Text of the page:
The cry and the Cordovan blow resounded throughout Latin America to dust off the teaching staffs and shake the classrooms. Youngsters, nerve and muscle of that revolution, lived its most glorious hours defeating frozen professors and the ruling classes in their conservative social reproduction.3 A reform that proposed a democratic, autonomous and service to the people that should not be separated from politics. Driven by young souls who believed in a better education, in a university that accepted teachers and students regardless of political ideology. This provocative and energetic reform proposed freedom of teaching, free attendance, free teaching, periodicity of university events, the public and free nature of teaching and an active intervention of students in all academic spaces. In number 10 of La Gaceta Universitaria, on June 21, 1918, the Manifesto of the F. U. de Córdoba was published, as can be seen in the figure.

In 1949, President Juan Domingo Perón decreed the Suppression of University Fees. Despite its importance and relationship with the Reform of 1918, this fact went unnoticed for traditional historiography. The dictatorships that followed in Argentina cut down the gains of the reform, and the weak democracy that emerged in 1983 could only take a few steps to recover them. During the presidencies of Néstor Kirchner and Cristina Fernández de Kirchner, 15 national universities were opened in predominantly popular sectors, which led thousands of young people to become the first generation of university students from their families. We believe fervently that these actions claim the 1918 reform and show that its spirit is not history, but that this legacy gives us the need to continue opening the doors of the universities to the people.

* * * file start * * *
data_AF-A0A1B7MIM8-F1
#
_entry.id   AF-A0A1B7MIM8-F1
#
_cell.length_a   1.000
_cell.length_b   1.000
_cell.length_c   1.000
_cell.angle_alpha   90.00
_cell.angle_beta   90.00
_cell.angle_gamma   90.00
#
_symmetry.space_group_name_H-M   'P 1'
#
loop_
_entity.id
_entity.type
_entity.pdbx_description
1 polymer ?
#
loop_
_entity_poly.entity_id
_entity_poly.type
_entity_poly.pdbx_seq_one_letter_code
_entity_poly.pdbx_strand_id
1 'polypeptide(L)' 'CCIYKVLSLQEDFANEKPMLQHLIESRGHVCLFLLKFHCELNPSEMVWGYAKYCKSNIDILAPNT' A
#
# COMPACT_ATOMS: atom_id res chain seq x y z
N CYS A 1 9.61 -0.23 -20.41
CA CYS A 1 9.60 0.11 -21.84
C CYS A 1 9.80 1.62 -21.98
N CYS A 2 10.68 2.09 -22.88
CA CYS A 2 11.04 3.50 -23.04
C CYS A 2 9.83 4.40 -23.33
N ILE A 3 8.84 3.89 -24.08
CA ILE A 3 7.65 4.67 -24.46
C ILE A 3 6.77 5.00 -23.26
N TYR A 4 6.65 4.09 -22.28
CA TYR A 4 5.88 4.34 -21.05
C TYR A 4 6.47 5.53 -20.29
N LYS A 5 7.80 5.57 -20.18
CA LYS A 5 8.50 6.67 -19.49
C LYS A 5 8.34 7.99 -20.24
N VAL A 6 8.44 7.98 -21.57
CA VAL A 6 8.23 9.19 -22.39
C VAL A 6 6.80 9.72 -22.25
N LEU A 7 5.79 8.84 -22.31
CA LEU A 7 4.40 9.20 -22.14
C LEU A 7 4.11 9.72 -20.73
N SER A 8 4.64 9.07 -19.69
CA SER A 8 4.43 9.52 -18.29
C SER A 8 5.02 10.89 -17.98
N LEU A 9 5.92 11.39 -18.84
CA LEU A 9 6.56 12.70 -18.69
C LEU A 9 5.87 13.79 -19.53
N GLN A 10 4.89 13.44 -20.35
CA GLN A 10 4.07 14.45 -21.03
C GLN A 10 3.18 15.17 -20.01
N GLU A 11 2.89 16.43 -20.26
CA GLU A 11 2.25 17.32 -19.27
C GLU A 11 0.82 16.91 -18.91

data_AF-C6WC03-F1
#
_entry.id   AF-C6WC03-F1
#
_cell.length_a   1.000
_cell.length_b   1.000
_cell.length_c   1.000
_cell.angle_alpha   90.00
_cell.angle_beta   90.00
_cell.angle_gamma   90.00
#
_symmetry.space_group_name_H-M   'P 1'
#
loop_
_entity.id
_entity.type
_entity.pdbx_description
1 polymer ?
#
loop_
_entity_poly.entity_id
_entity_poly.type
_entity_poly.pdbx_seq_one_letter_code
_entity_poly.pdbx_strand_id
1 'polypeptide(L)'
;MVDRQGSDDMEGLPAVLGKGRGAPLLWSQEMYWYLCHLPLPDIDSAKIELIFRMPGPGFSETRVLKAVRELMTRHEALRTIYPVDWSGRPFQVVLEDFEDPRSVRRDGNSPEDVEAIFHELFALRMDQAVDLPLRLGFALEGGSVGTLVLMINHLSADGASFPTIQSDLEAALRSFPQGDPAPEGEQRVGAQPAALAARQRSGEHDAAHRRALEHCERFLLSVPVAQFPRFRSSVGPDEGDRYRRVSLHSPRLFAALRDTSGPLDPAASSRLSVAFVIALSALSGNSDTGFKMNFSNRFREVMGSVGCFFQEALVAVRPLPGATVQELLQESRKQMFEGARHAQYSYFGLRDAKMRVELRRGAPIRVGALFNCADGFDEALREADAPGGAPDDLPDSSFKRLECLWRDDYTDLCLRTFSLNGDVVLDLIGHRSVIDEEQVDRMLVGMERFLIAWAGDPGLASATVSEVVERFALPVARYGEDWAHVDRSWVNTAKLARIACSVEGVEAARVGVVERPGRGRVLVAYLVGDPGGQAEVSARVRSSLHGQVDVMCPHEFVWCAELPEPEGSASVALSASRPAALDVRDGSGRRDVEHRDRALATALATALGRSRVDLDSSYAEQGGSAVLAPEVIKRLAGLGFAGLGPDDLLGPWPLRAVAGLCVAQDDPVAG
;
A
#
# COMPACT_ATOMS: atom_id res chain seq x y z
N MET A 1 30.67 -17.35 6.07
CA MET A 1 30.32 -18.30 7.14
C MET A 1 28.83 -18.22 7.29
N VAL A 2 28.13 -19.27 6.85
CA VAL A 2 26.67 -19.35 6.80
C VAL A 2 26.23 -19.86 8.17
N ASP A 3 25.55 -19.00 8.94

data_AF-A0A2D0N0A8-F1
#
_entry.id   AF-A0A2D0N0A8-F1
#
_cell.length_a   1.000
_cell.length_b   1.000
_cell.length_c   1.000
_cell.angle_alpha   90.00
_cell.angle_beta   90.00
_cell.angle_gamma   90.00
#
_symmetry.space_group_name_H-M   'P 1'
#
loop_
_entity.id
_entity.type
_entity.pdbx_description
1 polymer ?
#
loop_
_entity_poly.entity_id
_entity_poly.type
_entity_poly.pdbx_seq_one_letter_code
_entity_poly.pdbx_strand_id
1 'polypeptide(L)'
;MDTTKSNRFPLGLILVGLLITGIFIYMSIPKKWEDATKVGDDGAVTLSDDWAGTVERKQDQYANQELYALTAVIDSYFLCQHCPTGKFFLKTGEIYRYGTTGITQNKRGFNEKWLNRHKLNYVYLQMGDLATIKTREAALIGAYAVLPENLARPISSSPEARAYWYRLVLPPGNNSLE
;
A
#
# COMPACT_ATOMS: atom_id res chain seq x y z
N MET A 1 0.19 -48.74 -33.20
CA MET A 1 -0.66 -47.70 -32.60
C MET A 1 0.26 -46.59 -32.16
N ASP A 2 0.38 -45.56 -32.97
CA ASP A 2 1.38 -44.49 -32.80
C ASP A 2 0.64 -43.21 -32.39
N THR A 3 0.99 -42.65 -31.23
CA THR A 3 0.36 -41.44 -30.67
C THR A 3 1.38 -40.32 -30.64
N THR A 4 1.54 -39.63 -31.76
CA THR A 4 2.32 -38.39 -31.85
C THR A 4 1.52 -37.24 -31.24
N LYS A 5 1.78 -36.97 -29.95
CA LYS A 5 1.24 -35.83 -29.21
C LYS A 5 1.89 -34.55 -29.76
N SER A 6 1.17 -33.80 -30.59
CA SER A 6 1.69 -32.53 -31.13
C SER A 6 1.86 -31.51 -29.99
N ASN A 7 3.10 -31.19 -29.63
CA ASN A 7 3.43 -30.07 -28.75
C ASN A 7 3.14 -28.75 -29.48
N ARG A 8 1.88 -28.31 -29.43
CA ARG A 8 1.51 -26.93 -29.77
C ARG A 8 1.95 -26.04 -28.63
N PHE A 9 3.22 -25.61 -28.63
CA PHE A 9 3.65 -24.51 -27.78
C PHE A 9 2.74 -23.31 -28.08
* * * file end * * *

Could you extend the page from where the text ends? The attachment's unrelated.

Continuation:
Although during the centennial year of the reform we have the conviction that this will not happen, the force of the reform and its stamp in the universities generated that in Argentina activities are proposed throughout this year, to remember and claim that historical and revolutionary fact. The Secretariat of University Policies, under the Ministry of Education of Argentina created a Web page to publish the activities designed to commemorate this centenary throughout the country, among them we have literary contests, conferences and opening of spaces related to the theme. In the National University of Córdoba, the cradle of the reform, activities such as the launching of the "Centenario de una gran libertad más" program are concentrated. It can be consulted at the following web site: http://www.reformadel18.com.ar/agenda-2/